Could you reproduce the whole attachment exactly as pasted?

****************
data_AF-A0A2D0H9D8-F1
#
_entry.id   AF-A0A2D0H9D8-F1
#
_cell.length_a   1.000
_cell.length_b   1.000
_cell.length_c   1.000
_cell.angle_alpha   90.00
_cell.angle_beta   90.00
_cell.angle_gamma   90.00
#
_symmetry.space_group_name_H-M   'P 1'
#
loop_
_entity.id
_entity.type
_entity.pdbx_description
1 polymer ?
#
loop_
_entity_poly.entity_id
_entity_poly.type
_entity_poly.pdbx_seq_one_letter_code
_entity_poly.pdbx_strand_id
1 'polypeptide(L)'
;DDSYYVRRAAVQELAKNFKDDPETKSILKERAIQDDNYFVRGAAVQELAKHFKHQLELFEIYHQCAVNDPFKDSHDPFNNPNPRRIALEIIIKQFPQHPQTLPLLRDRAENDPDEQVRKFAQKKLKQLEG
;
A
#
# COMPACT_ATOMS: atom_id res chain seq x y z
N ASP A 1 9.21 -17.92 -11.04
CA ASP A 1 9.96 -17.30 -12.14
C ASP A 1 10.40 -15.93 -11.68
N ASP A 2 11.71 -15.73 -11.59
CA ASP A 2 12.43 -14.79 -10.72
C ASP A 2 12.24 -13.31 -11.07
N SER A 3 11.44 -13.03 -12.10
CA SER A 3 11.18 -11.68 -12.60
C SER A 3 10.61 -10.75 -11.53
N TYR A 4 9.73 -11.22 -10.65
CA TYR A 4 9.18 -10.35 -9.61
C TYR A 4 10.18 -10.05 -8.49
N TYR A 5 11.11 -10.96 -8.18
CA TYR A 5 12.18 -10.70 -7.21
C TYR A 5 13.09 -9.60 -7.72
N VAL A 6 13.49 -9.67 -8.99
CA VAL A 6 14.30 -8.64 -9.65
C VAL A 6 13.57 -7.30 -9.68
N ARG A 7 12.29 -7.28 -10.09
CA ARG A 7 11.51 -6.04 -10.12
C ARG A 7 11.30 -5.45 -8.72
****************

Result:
data_AF-A0A2D0H9D8-F1
#
_entry.id   AF-A0A2D0H9D8-F1
#
_cell.length_a   1.000
_cell.length_b   1.000
_cell.length_c   1.000
_cell.angle_alpha   90.00
_cell.angle_beta   90.00
_cell.angle_gamma   90.00
#
_symmetry.space_group_name_H-M   'P 1'
#
loop_
_entity.id
_entity.type
_entity.pdbx_description
1 polymer ?
#
loop_
_entity_poly.entity_id
_entity_poly.type
_entity_poly.pdbx_seq_one_letter_code
_entity_poly.pdbx_strand_id
1 'polypeptide(L)'
;DDSYYVRRAAVQELAKNFKDDPETKSILKERAIQDDNYFVRGAAVQELAKHFKHQLELFEIYHQCAVNDPFKDSHDPFNNPNPRRIALEIIIKQFPQHPQTLPLLRDRAENDPDEQVRKFAQKKLKQLEG
;
A
#
# COMPACT_ATOMS: atom_id res chain seq x y z
N ASP A 1 9.21 -17.92 -11.04
CA ASP A 1 9.96 -17.30 -12.14
C ASP A 1 10.40 -15.93 -11.68
N ASP A 2 11.71 -15.73 -11.59
CA ASP A 2 12.43 -14.79 -10.72
C ASP A 2 12.24 -13.31 -11.07
N SER A 3 11.44 -13.03 -12.10
CA SER A 3 11.18 -11.68 -12.60
C SER A 3 10.61 -10.75 -11.53
N TYR A 4 9.73 -11.22 -10.65
CA TYR A 4 9.18 -10.35 -9.61
C TYR A 4 10.18 -10.05 -8.49
N TYR A 5 11.11 -10.96 -8.18
CA TYR A 5 12.18 -10.70 -7.21
C TYR A 5 13.09 -9.60 -7.72
N VAL A 6 13.49 -9.67 -8.99
CA VAL A 6 14.30 -8.64 -9.65
C VAL A 6 13.57 -7.30 -9.68
N ARG A 7 12.29 -7.28 -10.09
CA ARG A 7 11.51 -6.04 -10.12
C ARG A 7 11.30 -5.45 -8.72